Hall of Fame safety and USC alumnus Ronnie Lott spoke to the school’s football team about why voting is still important, even if an ideal candidate hasn’t risen to the forefront during this year’s cycle.

“A lot of people in that age group are not enamoured with Joe Biden. And they are not enamoured with the choices in front of them. So our answer to that has been two-fold and one, I will say, I got to give completely to Ronnie Lott, who joined the USC call. He was amazing.

“And Ronnie said to the football team, ‘guys, if you don't like what's in front of you, you are literally trained to never give up any advantage. And you have given up an advantage you had, or else you'd probably would have a candidate you'd like, and if you don't go out again, you'll give up another advantage."

Billings-Burford also championed the linkage between voting and policy initiatives, with voting operating as a mechanism to affect programming, policy and structural changes against myriad forces that contribute to inequality and systemic racism.

“I have shared with many students — and there are older adults who ask this question, but it really does come a lot from that population, really directly. I have said at RISE that we see the connection between protests and programs. I don't run programs, I don't approve programs that aren't solution-oriented. I think people are protesting a particular issue or a problem and programs we implement are meant to be solutions to those problems. I think we need to see voting and programming much the same, they go hand-in-hand,” she said.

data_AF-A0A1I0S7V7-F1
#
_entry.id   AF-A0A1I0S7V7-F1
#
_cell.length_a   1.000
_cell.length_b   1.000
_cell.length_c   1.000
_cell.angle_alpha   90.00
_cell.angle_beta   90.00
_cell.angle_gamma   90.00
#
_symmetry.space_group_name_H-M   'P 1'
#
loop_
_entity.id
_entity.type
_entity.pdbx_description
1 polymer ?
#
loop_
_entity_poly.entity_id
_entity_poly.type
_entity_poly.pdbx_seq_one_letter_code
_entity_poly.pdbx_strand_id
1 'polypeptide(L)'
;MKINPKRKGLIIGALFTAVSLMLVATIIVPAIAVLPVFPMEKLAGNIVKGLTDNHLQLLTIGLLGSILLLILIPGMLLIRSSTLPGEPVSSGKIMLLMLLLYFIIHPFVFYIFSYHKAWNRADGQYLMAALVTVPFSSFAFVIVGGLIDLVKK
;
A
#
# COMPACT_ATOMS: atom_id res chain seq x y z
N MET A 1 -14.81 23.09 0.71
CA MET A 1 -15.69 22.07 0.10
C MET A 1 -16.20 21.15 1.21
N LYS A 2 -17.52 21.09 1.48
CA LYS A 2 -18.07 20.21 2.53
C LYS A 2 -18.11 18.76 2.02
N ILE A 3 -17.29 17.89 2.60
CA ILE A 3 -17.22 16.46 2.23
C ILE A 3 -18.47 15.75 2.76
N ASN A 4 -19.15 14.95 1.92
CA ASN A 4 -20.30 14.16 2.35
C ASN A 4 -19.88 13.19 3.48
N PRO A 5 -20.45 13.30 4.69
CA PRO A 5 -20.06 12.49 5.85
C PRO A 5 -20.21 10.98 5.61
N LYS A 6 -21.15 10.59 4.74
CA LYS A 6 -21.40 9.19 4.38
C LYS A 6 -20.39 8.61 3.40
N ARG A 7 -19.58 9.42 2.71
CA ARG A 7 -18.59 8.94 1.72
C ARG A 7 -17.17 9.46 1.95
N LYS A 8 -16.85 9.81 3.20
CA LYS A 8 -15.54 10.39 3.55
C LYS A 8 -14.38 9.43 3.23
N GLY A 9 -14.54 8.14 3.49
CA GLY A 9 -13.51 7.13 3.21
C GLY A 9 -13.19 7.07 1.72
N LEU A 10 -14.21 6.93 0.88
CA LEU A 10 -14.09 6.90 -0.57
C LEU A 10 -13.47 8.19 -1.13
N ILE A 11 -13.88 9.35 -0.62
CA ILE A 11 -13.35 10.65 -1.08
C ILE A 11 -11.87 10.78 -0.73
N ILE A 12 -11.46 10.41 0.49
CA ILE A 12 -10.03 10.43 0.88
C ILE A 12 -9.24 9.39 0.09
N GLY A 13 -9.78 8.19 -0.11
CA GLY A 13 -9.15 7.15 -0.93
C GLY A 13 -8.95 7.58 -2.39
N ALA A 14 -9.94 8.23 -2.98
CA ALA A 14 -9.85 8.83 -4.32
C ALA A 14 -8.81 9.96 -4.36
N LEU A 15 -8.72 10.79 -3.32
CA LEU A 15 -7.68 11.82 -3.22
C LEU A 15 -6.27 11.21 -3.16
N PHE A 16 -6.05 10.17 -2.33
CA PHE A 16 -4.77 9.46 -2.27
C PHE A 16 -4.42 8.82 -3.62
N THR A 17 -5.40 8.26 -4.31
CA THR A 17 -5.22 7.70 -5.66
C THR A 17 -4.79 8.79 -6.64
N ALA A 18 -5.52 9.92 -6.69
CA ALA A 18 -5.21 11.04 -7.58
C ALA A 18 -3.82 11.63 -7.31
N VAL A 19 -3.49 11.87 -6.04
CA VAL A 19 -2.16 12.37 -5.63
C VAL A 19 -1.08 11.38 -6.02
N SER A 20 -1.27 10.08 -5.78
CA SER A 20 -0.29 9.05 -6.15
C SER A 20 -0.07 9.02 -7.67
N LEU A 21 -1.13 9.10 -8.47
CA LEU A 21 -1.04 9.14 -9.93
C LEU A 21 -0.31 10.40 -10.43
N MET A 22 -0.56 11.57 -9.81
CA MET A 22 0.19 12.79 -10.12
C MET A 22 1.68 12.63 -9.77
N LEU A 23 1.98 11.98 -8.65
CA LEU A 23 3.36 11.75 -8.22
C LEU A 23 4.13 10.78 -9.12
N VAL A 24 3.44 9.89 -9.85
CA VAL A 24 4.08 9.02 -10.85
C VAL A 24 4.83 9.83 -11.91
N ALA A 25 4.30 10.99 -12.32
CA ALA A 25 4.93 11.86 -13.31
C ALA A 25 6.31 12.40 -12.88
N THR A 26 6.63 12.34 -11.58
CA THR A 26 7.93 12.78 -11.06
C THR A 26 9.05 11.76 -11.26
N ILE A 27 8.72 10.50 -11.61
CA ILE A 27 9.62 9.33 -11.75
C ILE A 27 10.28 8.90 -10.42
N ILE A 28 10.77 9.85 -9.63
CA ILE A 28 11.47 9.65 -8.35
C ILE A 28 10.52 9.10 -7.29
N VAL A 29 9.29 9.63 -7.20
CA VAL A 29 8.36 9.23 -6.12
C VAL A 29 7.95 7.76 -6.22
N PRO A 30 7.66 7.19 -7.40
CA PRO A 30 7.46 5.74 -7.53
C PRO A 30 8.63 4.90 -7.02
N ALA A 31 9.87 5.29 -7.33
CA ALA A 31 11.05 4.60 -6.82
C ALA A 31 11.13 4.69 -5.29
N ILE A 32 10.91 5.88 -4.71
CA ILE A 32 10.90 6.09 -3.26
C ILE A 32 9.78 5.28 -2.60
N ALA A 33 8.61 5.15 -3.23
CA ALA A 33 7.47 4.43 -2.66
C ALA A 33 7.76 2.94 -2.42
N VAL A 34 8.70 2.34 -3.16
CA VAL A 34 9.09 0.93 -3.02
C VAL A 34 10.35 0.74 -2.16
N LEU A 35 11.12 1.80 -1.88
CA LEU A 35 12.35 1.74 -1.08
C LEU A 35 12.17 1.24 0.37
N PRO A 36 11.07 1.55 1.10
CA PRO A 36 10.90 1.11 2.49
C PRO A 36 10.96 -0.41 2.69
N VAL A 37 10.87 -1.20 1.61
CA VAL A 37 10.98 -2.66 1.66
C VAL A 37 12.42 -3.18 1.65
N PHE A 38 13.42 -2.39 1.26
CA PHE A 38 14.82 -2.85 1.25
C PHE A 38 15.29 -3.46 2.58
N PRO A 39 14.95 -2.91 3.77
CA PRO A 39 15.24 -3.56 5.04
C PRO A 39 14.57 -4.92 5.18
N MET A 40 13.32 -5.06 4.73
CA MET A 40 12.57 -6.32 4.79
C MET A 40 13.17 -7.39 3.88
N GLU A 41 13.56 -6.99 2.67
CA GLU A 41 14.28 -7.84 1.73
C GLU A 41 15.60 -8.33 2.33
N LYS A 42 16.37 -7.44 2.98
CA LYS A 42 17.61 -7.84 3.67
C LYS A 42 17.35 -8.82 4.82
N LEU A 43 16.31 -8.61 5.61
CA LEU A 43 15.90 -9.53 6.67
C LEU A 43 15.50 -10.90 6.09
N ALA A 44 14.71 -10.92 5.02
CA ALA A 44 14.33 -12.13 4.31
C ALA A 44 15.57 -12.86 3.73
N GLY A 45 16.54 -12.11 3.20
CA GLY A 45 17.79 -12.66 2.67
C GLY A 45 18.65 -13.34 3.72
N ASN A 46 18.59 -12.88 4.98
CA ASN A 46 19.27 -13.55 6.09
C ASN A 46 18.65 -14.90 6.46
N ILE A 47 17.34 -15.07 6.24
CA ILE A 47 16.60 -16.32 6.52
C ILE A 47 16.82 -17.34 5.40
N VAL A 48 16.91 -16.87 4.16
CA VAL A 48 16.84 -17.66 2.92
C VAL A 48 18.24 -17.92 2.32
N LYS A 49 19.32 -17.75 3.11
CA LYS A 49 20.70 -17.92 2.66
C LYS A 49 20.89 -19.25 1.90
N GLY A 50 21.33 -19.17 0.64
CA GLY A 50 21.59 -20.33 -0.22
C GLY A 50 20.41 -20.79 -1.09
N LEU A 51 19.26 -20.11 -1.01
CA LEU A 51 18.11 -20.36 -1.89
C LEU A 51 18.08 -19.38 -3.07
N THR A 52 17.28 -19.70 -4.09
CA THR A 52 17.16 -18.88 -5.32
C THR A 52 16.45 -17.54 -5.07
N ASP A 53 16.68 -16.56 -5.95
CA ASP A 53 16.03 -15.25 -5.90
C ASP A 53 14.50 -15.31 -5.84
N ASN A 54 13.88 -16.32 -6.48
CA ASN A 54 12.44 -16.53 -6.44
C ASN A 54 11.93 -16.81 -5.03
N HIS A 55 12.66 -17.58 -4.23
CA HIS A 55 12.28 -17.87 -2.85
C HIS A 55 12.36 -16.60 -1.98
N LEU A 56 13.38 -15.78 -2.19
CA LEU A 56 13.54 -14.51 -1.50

“If you are concerned and you're protesting and you're on the left and you're thinking of defunding the police. If you're thinking about that stuff, you're technically in the policy space and if you don't get some elected officials that will at least listen to you, then you are not making any movement on the issue you care about.

“We see a very clear connection between protests, programming and civic engagement as one of our programs.”

The common thread between sports and politics isn’t going anywhere, and while voting is one component toward a more equal society, there is still work to be done after Nov. 3. RISE will be there well after the polls close, bridging the sports and policy communities together.